A Contrast With The Past
Mutual funds and ETFs have been the dominant innovations in the investment management industry for the past five decades. They were based on simple mathematical models of investors and asset prices. These models were elegant and could often be solved by mathematicians with a pen and a paper. This was a key contributor to their success at a time when high performance computing was merely at a primitive stage.
However, all these mathematical models were based around the fact that all investors were the same except for their willingness to tolerate “risk”. They also assumed that everyone would have the same notion of “risk”. For example, considering portfolio volatility over a fixed investment horizon rather than shortfall risk, drawdown risk or asset-liability mismatches. The result of these models was that everyone should buy and hold the same fund-portfolio plus an amount of cash which varied according to their risk tolerance. Unsurprisingly, this meant that the idea of customized solutions were not a main consideration.
However, the future is bound to be different with more clients gravitating towards customized investment solutions. According to a report from Morgan Stanley and Oliver Wyman, assets under management may reach an estimated $1.5 trillion by 2025, up from $350 billion in 2020.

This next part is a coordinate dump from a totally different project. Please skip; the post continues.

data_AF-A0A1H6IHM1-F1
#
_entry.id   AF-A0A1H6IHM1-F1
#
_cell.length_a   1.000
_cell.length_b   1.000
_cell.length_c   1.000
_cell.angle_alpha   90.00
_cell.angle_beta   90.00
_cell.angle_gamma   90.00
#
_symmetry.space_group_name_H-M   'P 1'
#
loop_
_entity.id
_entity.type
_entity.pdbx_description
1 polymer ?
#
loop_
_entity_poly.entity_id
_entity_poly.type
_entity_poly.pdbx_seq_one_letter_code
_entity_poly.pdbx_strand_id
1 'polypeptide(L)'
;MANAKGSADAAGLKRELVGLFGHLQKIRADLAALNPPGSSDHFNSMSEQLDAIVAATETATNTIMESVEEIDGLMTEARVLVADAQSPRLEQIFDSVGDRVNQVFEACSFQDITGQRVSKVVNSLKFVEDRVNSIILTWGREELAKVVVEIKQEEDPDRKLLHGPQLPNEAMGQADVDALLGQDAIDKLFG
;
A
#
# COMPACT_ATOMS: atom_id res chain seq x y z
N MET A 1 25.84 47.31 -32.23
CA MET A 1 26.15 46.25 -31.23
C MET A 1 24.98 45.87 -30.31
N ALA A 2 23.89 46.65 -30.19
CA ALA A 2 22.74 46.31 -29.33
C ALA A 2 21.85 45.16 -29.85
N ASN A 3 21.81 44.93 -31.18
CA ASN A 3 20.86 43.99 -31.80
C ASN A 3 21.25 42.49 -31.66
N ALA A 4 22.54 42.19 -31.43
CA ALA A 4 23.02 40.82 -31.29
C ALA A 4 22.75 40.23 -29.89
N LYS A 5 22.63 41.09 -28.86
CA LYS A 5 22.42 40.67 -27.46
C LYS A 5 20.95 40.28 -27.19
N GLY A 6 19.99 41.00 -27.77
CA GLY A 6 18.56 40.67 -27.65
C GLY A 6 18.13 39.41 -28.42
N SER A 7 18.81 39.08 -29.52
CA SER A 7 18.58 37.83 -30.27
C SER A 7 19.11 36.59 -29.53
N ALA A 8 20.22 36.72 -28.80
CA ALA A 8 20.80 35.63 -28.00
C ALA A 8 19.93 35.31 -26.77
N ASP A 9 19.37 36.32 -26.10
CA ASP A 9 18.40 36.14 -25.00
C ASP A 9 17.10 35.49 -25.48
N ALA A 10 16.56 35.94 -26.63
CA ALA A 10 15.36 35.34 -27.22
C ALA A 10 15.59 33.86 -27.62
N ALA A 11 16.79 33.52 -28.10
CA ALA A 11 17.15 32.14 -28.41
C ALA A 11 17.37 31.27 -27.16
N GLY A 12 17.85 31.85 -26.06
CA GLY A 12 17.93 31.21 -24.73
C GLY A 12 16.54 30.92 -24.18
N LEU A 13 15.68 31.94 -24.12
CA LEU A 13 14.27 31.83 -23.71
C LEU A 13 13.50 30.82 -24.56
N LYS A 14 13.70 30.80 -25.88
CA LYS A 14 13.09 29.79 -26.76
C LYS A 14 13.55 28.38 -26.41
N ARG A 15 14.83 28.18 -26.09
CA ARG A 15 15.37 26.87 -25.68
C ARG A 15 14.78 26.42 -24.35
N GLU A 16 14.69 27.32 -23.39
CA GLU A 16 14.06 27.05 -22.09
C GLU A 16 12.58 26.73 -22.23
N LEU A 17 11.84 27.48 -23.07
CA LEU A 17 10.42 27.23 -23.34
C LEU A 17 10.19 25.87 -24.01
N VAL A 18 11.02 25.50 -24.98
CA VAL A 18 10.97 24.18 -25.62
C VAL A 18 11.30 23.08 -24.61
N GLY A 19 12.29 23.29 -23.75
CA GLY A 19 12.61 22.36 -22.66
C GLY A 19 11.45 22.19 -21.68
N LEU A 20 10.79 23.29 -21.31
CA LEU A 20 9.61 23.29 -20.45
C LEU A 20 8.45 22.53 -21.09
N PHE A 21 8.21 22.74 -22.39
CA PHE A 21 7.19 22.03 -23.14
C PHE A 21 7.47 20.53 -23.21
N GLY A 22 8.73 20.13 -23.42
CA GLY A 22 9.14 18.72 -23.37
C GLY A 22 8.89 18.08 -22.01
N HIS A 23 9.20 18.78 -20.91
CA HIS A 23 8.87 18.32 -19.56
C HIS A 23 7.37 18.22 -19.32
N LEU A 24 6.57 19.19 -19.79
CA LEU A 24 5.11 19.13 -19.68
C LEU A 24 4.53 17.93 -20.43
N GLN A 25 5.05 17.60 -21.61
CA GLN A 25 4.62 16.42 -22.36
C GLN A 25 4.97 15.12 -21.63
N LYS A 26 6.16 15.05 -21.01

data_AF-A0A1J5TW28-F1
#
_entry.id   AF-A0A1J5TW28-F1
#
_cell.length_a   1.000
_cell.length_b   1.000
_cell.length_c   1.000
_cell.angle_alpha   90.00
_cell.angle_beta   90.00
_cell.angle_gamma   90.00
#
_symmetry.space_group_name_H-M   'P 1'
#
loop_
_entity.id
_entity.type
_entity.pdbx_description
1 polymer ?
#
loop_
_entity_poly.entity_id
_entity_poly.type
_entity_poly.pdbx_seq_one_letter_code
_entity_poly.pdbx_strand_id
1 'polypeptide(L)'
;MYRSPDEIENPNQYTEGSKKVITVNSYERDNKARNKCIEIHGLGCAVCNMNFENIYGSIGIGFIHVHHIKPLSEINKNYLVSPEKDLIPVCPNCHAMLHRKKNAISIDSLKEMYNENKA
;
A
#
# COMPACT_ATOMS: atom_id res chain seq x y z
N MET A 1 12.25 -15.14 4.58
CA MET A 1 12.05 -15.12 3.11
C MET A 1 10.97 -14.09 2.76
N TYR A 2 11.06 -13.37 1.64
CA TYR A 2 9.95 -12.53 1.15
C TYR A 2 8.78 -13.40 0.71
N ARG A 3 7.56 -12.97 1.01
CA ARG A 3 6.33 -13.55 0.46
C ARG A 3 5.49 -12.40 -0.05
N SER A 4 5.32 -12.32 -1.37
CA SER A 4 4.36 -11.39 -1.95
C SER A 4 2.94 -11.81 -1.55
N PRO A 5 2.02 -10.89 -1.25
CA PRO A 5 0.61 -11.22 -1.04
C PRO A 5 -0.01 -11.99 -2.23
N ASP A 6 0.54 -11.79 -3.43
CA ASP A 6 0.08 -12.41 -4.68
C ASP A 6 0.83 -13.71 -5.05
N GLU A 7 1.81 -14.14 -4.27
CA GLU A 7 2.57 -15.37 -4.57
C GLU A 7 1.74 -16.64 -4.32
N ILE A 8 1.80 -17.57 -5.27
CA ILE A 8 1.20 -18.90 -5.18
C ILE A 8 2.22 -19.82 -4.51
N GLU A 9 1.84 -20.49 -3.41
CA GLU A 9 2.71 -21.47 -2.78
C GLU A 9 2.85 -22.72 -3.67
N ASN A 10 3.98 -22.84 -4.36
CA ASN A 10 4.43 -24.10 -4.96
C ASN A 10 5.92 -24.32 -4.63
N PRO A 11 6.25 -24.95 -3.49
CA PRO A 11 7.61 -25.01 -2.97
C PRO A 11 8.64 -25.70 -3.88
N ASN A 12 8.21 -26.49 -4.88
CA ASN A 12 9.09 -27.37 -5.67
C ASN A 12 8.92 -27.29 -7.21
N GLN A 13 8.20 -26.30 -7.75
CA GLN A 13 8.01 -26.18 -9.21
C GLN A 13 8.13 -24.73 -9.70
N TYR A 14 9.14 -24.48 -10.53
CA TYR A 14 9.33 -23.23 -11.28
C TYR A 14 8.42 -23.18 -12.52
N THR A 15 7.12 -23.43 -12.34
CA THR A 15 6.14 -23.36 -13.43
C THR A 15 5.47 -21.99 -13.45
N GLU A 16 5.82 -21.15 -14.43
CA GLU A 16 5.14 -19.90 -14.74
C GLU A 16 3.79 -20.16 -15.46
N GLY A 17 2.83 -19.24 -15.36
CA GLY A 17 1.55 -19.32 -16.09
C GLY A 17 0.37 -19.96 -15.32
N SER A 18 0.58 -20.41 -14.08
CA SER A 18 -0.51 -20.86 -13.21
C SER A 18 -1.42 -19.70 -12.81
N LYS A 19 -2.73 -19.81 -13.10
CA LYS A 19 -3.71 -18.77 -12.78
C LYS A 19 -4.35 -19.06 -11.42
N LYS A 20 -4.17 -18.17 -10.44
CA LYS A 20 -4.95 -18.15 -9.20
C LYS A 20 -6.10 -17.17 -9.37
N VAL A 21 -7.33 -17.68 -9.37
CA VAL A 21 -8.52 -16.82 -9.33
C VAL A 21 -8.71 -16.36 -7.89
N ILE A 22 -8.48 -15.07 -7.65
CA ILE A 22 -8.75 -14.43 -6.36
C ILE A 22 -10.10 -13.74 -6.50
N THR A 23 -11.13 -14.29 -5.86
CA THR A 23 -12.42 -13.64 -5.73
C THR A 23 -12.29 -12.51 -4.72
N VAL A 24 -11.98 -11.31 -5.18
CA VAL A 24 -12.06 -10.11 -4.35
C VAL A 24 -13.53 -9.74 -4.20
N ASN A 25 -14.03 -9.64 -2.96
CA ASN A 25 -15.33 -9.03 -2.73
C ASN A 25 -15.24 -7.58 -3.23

“I believe there will be more competition and marketing of direct indexing in 2022.” – Rene Bruer, CEO of Smith-Bruer Advisors.
High competition, on the other hand, presents a new challenge with managing such highly customized portfolios at a large scale and that is where rules-based portfolios offer a unique advantage as opposed to traditional investing.
In recent years, rule-based trading has had a massive surge in popularity because of its inherent ability to quantify whether an asset is investable based on a set of predefined principles. They can range from simple rebalancing rules to hedging strategies or sophisticated strategies to create performance comparable to that of a hedge fund. It has the ability to net market-beating returns at low costs and favourable risk conditions.
A platform designed to run rule-based portfolios can essentially be automated to manage the portfolios based on the rules for buying and selling. An index is the simplest rules based strategy. The portfolio can also act as a customized index which a passive investment manager tracks or against which an active manager tries to generate alpha returns.
Simplifying Investment Portfolio Customization
Developing rule-based portfolios can seem like a tall order for most investment managers. No-code portfolio management softwares, can simplify this task to a great extent. Such products enables business users and end clients to drag and drop and parameterize widgets that represent investment logic.
The ability to let private clients and investment advisors design systematic investment portfolios provides a bridge across a divide that has existed between the world of traditional and quantitative investments. Because of this, it would seem that there are strong signals that point to rules-based, customized investment solutions being an enabler for automated yet highly curated portfolio management according to the specific needs of clients.